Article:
The recent explosion in the number of COVID-19 cases in Singapore has brought the poor living conditions faced by migrant workers to light after a wave of infections emerged among the country’s massive migrant workers population.
The coronavirus outbreak has revealed the cramped and unsanitary environments that migrant workers in Singapore have been enduring for years, a story which has now has been making rounds in the international news outlets.
To share a glimpse of life in these dormitories, Singaporean writer Keith Neubronner shared on Facebook (25 April) the photos he took when he was staying at a migrant worker dormitory in Yishun back in October 2013.
“I’m not sharing to draw any attention to myself, and neither do I claim to be some sort of champion for migrant workers’ rights, but perhaps through this we all get a glimpse of what it’s like to actually live in such an environment,” Mr Neubronner remarked.
Mr Neubronner wrote that after returning from a pilgrimage to Brazil and witnessing the many lives of homeless people, he was moved to hear stories of real people who leave their homes just to earn a bit more.
In hopes of gaining an experience living in such an environment, he made arrangements with the dormitory manager in Yishun to spend three nights in the migrant worker dormitory.
The three-storey dormitory housed about 500 people, Mr Neubronner estimated. He hinted that the first thing that caught his attention was how crowded the dormitory was, as there were 10 people in a room, with only four bunk beds, while two people had to sleep on the floor.
No mattresses were provided to them, only wooden bedframes, he noted.
“The residents weren’t too keen on me taking photos of inside their rooms, but believe me when I say it’s stuffy and crowded. Just enough space for beds and maybe a chair or two. Whatever clothes each of them had were probably hanging outside to dry,” Mr Neubronner asserted.
The rooms were rented by companies that employ workers from different countries, so it was not surprising to see people of different cultures and races in each room. He added that the rent costs S$80 a month per person, which is paid for by their employers.
“The workers worked in construction and other odd jobs (painters, grasscutters), and took home an average of $800 per month,” Mr Neubronner stated. “Many told me they were university graduates. They were ‘lured’ to coming here just to earn more money.”
According to Mr Neubronner, the workers have to wake up as early as 5.45am to get ready for work, adding that they often lacked sleep at night. He said he noticed the lights were out by 12 midnight, but residents didn’t always get to sleep immediately.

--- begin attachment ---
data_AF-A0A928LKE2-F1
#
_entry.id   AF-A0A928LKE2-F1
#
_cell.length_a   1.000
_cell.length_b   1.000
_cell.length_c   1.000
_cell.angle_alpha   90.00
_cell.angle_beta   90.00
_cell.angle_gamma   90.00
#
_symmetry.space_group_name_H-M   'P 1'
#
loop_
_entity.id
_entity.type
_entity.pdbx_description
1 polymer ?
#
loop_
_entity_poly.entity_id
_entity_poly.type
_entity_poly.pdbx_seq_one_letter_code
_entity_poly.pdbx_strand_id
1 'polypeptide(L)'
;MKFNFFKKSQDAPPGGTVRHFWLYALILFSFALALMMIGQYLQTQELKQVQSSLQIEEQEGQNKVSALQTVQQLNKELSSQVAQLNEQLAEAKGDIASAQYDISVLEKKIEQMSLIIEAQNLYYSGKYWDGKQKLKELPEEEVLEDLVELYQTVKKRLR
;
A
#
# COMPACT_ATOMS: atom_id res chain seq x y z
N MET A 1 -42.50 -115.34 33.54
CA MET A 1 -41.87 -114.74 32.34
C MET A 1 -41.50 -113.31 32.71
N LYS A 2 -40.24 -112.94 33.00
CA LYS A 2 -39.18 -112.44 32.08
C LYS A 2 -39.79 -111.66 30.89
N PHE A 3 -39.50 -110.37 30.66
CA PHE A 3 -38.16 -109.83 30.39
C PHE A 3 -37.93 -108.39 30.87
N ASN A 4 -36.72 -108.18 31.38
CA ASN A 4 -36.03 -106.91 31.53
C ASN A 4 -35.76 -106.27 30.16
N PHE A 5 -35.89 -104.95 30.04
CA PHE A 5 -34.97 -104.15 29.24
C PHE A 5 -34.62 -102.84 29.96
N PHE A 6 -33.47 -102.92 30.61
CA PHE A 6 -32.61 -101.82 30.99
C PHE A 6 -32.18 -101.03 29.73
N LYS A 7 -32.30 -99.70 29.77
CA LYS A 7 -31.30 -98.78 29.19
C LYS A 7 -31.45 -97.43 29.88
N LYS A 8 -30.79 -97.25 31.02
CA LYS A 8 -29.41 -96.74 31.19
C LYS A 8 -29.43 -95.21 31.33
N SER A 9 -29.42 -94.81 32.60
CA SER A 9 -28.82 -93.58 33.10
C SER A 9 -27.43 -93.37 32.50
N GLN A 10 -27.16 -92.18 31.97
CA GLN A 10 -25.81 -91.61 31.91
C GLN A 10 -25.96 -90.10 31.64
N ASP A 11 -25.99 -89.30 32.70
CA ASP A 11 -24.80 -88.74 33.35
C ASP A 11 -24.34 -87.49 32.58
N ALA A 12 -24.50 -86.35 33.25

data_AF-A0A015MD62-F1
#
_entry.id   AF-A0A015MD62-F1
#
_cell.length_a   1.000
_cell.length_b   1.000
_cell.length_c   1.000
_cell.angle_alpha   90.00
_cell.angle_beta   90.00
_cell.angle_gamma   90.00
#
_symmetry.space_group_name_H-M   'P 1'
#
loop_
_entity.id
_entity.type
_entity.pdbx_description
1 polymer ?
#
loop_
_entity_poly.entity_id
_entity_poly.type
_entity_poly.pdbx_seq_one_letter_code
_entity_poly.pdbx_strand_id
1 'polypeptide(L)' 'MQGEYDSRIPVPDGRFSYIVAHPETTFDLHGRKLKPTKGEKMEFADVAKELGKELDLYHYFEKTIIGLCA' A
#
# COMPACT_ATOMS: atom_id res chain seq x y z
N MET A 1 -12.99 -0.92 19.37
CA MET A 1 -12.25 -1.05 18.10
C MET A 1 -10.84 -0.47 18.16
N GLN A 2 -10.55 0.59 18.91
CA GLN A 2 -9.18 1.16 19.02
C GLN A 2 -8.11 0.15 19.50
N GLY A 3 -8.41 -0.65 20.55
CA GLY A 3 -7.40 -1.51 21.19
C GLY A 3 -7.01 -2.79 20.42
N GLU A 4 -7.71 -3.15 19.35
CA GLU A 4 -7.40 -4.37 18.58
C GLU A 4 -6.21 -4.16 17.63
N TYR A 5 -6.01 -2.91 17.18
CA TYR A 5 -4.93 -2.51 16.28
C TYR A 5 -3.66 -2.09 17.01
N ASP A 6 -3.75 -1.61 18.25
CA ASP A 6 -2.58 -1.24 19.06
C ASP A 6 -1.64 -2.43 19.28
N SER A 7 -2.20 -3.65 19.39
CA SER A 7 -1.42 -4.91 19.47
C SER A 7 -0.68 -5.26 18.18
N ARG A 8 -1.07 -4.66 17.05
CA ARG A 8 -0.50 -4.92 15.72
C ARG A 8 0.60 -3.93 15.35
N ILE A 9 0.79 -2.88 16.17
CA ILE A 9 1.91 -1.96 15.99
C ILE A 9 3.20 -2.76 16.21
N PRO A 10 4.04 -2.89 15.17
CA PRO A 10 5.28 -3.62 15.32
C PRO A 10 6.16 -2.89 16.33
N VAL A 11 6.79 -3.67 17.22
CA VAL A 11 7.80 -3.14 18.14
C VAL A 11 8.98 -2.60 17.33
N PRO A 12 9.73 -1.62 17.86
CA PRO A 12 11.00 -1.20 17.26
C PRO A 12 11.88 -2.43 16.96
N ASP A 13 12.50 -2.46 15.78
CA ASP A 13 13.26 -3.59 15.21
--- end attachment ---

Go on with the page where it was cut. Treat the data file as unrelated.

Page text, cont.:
“Some might sleep earlier than midnight, but with up to 10 in a room, it’s not difficult to have trouble sleeping if someone is on the phone speaking to a loved one, or is coughing,” he wrote.
The workers travel to work via lorries that will pick them up from 6am onward, and most workers will return from work at around 8.30pm at night.
Mr Neubronner also revealed that the workers were crammed into the back of a truck which maxed out its 23-passenger limit.
Mr Neubronner also pointed out that the workers’ meals usually comprised of rice, curry, and an omelette.
Meanwhile, he took another photo of the cooking area in the dormitory, which shows that there were only 30 to 40 cookers for all the workers to share.
Mr Neubronner said, “What your buddy in your room cooks for dinner, you just eat. Can’t be fussy.”
This long cement sink was the place where the workers will wash their vegetables and poultry, the same sink for them to brush teeth and wash clothes, according to Mr Neubronner.
He described the long cement sink as a “stomach-turning sight”.
As for the dormitory’s toilets, Mr Neubronner noted that the toilets were all squatting kinds and there were no doors for the cubicles. In fact, there were no heaters in the showers and no toilet paper being provided for the workers.
He also indicated the squatting toilets made his “stomach turn”.
Mr Neubronner also took a photo of the “lounge” in the dormitory, which was equipped with an old television that has only free-to-air channels.
“This area was also the ‘lounge’, where workers sat around, sometimes gazing at the stars, others speaking to loved ones back home. That’s it for downtime really,” he wrote.